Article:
Features - Tunnels Under City Station

The Darker Arches
FarnleyBloke
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Postby FarnleyBloke » Wed 04 Jul, 2007 2:15 pm

tyke bhoy wrote: If its underground and under the Calls, then at the Mo its probably under water too ;-) So are we talking a new type of club where all the clientele wear scuba gear? Could be good i suppose ;-)
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tyke bhoy
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Postby tyke bhoy » Wed 04 Jul, 2007 2:18 pm

I understand there are some clubs where most of the clientelle wear pvc or rubber Never been to one meself though
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simong
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Postby simong » Sun 09 Sep, 2007 3:48 pm

According to Rail Centres: Leeds and Bradford by S. Batty, Wellington Station opened on 1 July 1846. Leodis has 30 June 1846.
wiggy
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Postby wiggy » Sun 09 Sep, 2007 4:00 pm

the wicked twitch wrote: Hey all,Has anyone heard of the huge basement space that stretches out from cellars on call lane to beyond the Corn Exchange? I hear it's big enough for football matches between the Staff of the bars occupating the space above.Once a possibilty for a new night club apparantly but being underground there are no proper escape routes in case of fire. A shame really, we could do with a new exciting club venue in Leeds.Lots of love,The Wicked Twitch of the West i have been told there is a similar thing running from the corn exchange to the bottom of the market.
i do believe,induced by potent circumstances,that thou art' mine enemy?

wiggy
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Postby wiggy » Sun 09 Sep, 2007 9:16 pm

munki wrote: Half way into the darkness, the tunnels change from brick to masonry, marking the divide between the ‘new’ City Station, of 1869, & the older Wellington Street station in stone. Does anyone know when Wellington Street Station was completed??? wellington street station was built by the midland railway company in 1846,they obtained permission to run into the station and transferred passenger services from hunslet lane station,adding new platforms,which opened on the 1st of october 1850.
i do believe,induced by potent circumstances,that thou art' mine enemy?
julie
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Postby julie » Thu 06 Dec, 2007 6:11 pm

Hello,My grandparents used to own the Wellington Restaurant which was underneath Leeds Midland City Station.When they built the "New" Queens Hotel in the 1930s, during the demolition and excavation works, they found a wall decorated with murals in the restaurant.This was reported in the local newspaper with a photograph of my grandfather (Leslie Jeffrey). The restaurant was demolished at the same time.The restaurant was used by the taxi drivers ,and was a real "rabbit warren" with uneven cobbled floors.Julie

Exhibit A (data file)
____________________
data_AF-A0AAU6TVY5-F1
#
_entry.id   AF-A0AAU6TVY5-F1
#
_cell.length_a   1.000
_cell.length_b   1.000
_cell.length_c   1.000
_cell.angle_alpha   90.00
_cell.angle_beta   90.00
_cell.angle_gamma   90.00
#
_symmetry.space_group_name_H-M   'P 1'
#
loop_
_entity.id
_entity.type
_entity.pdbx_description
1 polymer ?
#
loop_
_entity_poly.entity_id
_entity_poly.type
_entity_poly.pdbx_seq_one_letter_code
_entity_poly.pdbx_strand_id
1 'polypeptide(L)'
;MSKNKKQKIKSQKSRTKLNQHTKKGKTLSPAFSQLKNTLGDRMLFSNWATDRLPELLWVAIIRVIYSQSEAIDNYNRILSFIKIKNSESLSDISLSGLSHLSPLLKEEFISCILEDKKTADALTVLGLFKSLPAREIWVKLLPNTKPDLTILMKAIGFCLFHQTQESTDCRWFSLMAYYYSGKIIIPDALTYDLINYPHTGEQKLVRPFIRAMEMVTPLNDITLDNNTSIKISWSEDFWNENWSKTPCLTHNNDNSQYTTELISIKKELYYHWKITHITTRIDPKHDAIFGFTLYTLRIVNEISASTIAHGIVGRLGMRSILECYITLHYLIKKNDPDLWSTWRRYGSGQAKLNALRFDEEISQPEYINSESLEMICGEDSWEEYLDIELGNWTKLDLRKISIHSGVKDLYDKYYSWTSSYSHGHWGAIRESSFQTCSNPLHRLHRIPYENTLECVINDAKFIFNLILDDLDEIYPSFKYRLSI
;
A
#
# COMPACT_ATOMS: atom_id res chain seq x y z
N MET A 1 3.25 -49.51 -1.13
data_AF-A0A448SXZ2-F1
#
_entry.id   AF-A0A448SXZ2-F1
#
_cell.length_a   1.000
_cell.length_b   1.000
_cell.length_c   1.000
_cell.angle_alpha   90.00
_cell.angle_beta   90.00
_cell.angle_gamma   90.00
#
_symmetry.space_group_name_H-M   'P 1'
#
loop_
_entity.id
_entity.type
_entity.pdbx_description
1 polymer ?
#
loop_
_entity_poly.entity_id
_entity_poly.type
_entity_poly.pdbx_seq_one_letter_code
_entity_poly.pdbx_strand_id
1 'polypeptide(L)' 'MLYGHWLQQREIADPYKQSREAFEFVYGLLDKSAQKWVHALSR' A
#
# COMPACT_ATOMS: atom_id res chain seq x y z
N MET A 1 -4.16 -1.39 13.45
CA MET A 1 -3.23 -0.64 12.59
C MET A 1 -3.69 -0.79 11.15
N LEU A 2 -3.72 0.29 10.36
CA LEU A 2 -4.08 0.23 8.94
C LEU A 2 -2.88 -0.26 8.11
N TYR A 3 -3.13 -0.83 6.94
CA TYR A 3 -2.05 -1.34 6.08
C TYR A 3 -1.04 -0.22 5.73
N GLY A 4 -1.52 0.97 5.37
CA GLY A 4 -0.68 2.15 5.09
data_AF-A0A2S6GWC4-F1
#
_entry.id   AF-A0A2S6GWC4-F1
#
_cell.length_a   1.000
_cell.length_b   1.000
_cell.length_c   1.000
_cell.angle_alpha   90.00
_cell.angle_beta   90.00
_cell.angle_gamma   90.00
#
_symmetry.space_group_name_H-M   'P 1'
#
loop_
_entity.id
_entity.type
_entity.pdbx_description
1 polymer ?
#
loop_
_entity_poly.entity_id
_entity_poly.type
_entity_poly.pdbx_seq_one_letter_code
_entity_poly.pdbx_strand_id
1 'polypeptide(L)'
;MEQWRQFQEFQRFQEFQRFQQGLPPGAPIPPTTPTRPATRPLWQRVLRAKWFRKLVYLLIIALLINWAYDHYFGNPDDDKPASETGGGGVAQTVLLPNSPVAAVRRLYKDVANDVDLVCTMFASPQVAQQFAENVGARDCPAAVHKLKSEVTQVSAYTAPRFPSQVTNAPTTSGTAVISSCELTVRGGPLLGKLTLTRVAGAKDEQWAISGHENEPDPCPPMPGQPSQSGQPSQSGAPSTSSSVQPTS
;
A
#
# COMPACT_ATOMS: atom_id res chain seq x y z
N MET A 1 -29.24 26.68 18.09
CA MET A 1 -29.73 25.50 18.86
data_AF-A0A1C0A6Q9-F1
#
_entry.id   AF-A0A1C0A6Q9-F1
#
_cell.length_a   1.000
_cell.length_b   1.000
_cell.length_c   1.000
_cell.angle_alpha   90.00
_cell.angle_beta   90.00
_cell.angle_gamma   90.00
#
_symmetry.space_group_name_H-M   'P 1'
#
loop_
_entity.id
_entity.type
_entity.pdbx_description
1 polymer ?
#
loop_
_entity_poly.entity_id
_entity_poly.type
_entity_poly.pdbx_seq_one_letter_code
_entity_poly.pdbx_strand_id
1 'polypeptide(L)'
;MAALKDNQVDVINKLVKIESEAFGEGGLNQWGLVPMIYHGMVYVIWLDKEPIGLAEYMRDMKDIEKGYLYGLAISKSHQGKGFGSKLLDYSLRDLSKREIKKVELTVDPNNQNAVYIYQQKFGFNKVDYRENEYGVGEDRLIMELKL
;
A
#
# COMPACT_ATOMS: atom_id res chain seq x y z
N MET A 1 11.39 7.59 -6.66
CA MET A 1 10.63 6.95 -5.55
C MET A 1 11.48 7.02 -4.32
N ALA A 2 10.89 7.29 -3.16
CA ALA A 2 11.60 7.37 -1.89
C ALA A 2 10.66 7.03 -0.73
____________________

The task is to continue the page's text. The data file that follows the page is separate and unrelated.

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BIG N
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Postby BIG N » Thu 06 Dec, 2007 6:15 pm

Phill_d wrote: Behind the bricked up arch is where the canal basin ran under the arches. You can still see the open arch from the other side of the river. If you look at the arches from the Dragonora (Hilton) side you can see there a lot smaller with girder sections in.. Noticably different. Correct Nick - there was actually a lock in there that allowed boats access up onto the river aire, which was navigable for a short section up as far as the Aire St bridge and allowed coal to be brought up by boat to both the power station and Soapy Joe's, also allowing goods to be removed from Soapys by boat as well.If you walk through the marina outside the dark arches you can still see where this access was, its the bigger of the two berths in that area and although you can walk across the end of it the original capping stones of the dock side still extend across the road and dissapear under the bricked up arch.By the way, the last time I was in the station car park you could still see remains of the staithes on the river where boats used to tie up, this was quite a while ago though so no idea if they are still there.
Sam Compton
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Postby Sam Compton » Tue 01 Jan, 2008 7:21 pm

Thanks for posting these intriguing photos of what lies beneath Leeds City Station. I remember as a child daring myself to sneak a look at the curdled froth of the Aire as it passed through those hidden passages, always accompanied by the dizzying subterranean roar of water and a cloying and unnerving dampness. It seems that the Aire was a lot dirtier back in the seventies.    

Trojan
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Postby Trojan » Tue 01 Jan, 2008 8:49 pm

Until I visited Granary Wharfe (some years ago) it never occurred to me that there were so many tunnels. I had always thought that the "dark arches" were the bridges supporting the station above, but the thought then came that perhaps the tunnels are the original dark arches and the name has been transposed to mean the railway bridge.
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Trojan
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Postby Trojan » Tue 01 Jan, 2008 8:50 pm

Sam Compton wrote: Thanks for posting these intriguing photos of what lies beneath Leeds City Station. I remember as a child daring myself to sneak a look at the curdled froth of the Aire as it passed through those hidden passages, always accompanied by the dizzying subterranean roar of water and a cloying and unnerving dampness. It seems that the Aire was a lot dirtier back in the seventies.     You should have seen it at Cas in the sixties!
Industria Omnia Vincit





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